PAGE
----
TV Review: “Death Comes to Pemberley” – A Riveting Murder-Mystery

Written by Caitlin Cooper November 11, 2014

Death Comes to Pemberley

Jane Austen’s most well-known and beloved novel is, without a doubt, “Pride and Prejudice”. It tells the tale of family, love, and heartbreak. The main characters, Elizabeth Bennet and Mr. Darcy, have both pride and prejudice to overcome before they can have their happy ending; they’re from wildly different families and circumstances, and happen to cross paths and exchange biting conversations. There’s a happy ending for almost everyone in the novel. No wonder it’s been adapted to film so many times. If only there was a sequel to delve into the characters even more, and show us less of the idealistic world of England in the 1800s and more of what real life could have looked like for these characters. Enter “Death Comes to Pemberley”, a film adapted from the novel of the same name by crime writer P.D. James.


“Death Comes to Pemberley” shows us the lives of Elizabeth (Anna Maxwell Martin) and Darcy (Matthew Rhys) a few years after the events of “Pride and Prejudice”. They’ve settled into married life and have a child. Georgiana (Eleanor Tomlinson) seems to have opened her heart to someone despite Wickham’s (Matthew Goode) attempts to use her. They’re planning a ball, but Wickham and Lydia (Jenna Coleman) aren’t invited due to the discord between Georgiana and Wickham. The servants have spotted what they think is a ghost in the woods which foretells of an impending tragedy. So when Lydia and Wickham decide to go to the ball anyway and there’s a fight in the woods, someone ends up dead and all evidence seems to point to Wickham being the murderer. But not everything is as it seems; people are keeping secrets which could change everything.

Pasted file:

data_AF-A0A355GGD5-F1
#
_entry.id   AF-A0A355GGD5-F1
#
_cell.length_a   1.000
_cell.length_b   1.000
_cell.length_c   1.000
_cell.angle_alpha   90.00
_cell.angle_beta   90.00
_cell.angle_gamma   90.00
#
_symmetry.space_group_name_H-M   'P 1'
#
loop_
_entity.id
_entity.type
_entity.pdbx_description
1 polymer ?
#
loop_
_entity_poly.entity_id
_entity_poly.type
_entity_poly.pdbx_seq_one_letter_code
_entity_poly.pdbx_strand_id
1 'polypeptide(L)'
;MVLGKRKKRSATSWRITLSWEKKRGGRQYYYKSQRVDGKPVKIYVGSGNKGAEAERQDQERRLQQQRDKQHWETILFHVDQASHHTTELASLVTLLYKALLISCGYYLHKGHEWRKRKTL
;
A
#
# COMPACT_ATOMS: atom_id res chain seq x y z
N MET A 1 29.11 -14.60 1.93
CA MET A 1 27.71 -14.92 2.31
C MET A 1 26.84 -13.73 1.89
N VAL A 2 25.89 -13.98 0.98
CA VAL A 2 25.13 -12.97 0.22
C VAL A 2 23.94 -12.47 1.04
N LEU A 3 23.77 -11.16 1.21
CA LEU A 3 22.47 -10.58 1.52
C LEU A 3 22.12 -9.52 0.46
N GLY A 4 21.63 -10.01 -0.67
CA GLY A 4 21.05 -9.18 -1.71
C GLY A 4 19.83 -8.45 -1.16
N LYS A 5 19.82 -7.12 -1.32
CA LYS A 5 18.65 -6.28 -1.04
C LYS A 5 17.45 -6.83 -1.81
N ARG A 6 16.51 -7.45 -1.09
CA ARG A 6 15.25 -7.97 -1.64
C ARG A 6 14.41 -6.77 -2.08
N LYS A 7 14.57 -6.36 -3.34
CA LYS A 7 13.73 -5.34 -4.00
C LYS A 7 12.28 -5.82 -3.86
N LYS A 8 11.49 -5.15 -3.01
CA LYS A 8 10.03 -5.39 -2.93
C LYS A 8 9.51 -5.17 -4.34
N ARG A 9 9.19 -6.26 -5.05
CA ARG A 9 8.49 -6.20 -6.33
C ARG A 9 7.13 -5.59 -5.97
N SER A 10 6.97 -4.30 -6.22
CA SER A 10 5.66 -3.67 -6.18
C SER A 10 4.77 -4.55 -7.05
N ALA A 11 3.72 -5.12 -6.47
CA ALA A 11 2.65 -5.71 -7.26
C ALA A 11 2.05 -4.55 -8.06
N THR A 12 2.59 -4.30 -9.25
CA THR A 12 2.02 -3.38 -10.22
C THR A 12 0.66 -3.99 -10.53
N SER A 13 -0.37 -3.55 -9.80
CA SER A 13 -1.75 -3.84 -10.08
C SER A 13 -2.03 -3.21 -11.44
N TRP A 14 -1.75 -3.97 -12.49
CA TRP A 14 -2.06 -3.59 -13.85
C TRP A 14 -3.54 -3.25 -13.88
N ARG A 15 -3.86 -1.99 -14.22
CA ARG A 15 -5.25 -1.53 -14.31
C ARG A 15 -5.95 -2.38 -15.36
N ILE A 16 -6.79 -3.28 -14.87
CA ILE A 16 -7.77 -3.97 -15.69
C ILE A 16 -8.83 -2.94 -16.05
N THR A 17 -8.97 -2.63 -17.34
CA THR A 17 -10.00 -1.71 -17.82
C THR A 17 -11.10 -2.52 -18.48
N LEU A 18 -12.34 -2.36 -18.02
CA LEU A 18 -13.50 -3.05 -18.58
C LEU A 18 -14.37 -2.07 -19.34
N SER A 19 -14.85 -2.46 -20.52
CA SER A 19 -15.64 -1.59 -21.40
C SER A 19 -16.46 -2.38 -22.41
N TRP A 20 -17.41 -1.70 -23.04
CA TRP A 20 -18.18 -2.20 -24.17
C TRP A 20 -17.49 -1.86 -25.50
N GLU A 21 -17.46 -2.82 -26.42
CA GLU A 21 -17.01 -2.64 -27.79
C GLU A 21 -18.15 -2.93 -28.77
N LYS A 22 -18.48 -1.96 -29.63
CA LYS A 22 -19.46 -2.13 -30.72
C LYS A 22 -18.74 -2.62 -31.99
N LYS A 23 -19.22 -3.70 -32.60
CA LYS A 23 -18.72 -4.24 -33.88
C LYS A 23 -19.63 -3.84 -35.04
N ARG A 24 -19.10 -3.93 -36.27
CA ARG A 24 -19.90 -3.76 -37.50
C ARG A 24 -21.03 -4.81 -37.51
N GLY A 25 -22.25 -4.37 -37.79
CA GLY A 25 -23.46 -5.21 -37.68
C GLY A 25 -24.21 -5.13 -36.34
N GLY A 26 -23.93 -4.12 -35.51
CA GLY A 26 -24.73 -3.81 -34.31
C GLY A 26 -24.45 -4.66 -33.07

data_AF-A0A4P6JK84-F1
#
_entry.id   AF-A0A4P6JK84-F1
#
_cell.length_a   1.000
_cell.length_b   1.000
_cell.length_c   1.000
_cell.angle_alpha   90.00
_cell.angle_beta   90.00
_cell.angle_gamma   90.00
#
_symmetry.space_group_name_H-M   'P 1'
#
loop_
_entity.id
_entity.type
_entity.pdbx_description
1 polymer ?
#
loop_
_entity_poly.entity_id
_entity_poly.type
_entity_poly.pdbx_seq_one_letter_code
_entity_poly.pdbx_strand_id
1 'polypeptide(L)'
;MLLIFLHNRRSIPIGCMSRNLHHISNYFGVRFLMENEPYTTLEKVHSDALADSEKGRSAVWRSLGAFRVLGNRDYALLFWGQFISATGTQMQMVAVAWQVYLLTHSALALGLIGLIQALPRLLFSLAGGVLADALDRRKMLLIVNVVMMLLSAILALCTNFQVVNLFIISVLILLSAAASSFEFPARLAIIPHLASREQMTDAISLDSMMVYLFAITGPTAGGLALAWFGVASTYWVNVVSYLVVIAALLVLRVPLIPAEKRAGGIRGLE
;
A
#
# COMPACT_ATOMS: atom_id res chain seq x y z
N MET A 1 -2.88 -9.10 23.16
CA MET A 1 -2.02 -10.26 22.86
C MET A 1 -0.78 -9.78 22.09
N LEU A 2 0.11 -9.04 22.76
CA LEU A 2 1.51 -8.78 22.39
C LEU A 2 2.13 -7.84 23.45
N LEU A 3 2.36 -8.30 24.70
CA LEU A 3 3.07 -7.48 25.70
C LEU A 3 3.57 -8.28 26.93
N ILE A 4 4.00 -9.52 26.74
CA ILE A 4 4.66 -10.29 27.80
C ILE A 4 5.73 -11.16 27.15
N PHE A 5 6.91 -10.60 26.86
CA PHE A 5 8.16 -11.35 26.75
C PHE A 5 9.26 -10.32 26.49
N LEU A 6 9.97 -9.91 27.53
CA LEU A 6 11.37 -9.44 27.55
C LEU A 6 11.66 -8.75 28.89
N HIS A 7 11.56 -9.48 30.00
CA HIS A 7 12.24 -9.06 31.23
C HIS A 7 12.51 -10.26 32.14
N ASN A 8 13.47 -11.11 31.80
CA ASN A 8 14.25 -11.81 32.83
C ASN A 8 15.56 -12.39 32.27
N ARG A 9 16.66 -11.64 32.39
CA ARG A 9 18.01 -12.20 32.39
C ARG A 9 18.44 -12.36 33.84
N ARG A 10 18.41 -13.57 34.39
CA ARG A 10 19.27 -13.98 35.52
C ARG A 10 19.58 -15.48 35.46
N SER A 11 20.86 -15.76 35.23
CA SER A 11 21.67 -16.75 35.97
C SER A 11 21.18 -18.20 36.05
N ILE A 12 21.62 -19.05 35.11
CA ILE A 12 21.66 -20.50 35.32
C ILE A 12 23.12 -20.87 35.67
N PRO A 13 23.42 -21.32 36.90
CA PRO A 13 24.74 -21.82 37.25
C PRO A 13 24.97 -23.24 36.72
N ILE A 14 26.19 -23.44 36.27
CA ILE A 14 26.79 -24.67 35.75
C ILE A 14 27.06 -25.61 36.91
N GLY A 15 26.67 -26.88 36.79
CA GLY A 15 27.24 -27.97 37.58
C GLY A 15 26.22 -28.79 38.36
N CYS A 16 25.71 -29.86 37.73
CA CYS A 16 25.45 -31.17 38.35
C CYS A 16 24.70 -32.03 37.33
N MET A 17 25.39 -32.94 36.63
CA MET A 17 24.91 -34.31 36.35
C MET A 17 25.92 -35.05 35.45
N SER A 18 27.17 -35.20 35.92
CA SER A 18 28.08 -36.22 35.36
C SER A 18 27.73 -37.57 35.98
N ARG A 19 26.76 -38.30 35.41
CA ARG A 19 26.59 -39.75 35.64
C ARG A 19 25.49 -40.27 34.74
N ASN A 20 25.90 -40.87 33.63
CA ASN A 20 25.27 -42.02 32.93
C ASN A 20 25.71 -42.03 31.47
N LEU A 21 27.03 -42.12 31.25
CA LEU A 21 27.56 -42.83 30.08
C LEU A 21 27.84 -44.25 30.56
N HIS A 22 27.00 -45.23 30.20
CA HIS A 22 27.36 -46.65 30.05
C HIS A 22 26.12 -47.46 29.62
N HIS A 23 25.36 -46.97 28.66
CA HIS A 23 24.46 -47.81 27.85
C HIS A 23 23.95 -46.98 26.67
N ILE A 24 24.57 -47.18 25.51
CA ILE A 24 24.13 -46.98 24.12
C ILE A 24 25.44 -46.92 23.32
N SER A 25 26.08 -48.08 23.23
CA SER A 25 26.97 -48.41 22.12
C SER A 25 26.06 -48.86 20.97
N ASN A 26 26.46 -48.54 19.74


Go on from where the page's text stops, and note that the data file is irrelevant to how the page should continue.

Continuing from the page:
“My concern is protecting Pemberley and my family.”